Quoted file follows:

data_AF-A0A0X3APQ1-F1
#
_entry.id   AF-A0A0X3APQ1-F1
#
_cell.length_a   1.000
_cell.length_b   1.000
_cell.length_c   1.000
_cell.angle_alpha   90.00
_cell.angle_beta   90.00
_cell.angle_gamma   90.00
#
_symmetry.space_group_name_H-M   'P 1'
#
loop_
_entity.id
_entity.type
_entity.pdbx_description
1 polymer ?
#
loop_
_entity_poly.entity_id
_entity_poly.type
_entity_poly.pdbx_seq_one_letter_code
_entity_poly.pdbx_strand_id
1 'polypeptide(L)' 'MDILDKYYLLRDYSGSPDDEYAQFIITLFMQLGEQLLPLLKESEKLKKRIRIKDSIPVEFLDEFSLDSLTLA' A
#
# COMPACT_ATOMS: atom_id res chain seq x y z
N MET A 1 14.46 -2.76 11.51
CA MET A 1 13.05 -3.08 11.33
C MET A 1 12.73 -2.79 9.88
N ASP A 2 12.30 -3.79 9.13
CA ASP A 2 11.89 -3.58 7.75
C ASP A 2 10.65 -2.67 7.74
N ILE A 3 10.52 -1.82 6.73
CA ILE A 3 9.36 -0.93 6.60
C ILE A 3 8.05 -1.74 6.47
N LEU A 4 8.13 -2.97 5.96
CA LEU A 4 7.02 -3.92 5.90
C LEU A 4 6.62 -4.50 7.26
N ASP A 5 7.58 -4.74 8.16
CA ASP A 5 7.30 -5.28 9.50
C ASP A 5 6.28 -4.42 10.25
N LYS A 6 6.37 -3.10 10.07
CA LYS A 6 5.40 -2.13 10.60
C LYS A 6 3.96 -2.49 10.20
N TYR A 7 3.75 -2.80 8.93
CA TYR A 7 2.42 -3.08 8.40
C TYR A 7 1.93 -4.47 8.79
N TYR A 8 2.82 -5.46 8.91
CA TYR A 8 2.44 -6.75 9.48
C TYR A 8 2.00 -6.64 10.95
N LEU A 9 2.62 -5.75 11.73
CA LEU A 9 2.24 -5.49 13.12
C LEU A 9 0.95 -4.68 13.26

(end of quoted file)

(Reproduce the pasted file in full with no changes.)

data_AF-A0A0X3APQ1-F1
#
_entry.id   AF-A0A0X3APQ1-F1
#
_cell.length_a   1.000
_cell.length_b   1.000
_cell.length_c   1.000
_cell.angle_alpha   90.00
_cell.angle_beta   90.00
_cell.angle_gamma   90.00
#
_symmetry.space_group_name_H-M   'P 1'
#
loop_
_entity.id
_entity.type
_entity.pdbx_description
1 polymer ?
#
loop_
_entity_poly.entity_id
_entity_poly.type
_entity_poly.pdbx_seq_one_letter_code
_entity_poly.pdbx_strand_id
1 'polypeptide(L)' 'MDILDKYYLLRDYSGSPDDEYAQFIITLFMQLGEQLLPLLKESEKLKKRIRIKDSIPVEFLDEFSLDSLTLA' A
#
# COMPACT_ATOMS: atom_id res chain seq x y z
N MET A 1 14.46 -2.76 11.51
CA MET A 1 13.05 -3.08 11.33
C MET A 1 12.73 -2.79 9.88
N ASP A 2 12.30 -3.79 9.13
CA ASP A 2 11.89 -3.58 7.75
C ASP A 2 10.65 -2.67 7.74
N ILE A 3 10.52 -1.82 6.73
CA ILE A 3 9.36 -0.93 6.60
C ILE A 3 8.05 -1.74 6.47
N LEU A 4 8.13 -2.97 5.96
CA LEU A 4 7.02 -3.92 5.90
C LEU A 4 6.62 -4.50 7.26
N ASP A 5 7.58 -4.74 8.16
CA ASP A 5 7.30 -5.28 9.50
C ASP A 5 6.28 -4.42 10.25
N LYS A 6 6.37 -3.10 10.07
CA LYS A 6 5.40 -2.13 10.60
C LYS A 6 3.96 -2.49 10.20
N TYR A 7 3.75 -2.80 8.93
CA TYR A 7 2.42 -3.08 8.40
C TYR A 7 1.93 -4.47 8.79
N TYR A 8 2.82 -5.46 8.91
CA TYR A 8 2.44 -6.75 9.48
C TYR A 8 2.00 -6.64 10.95
N LEU A 9 2.62 -5.75 11.73
CA LEU A 9 2.24 -5.49 13.12
C LEU A 9 0.95 -4.68 13.26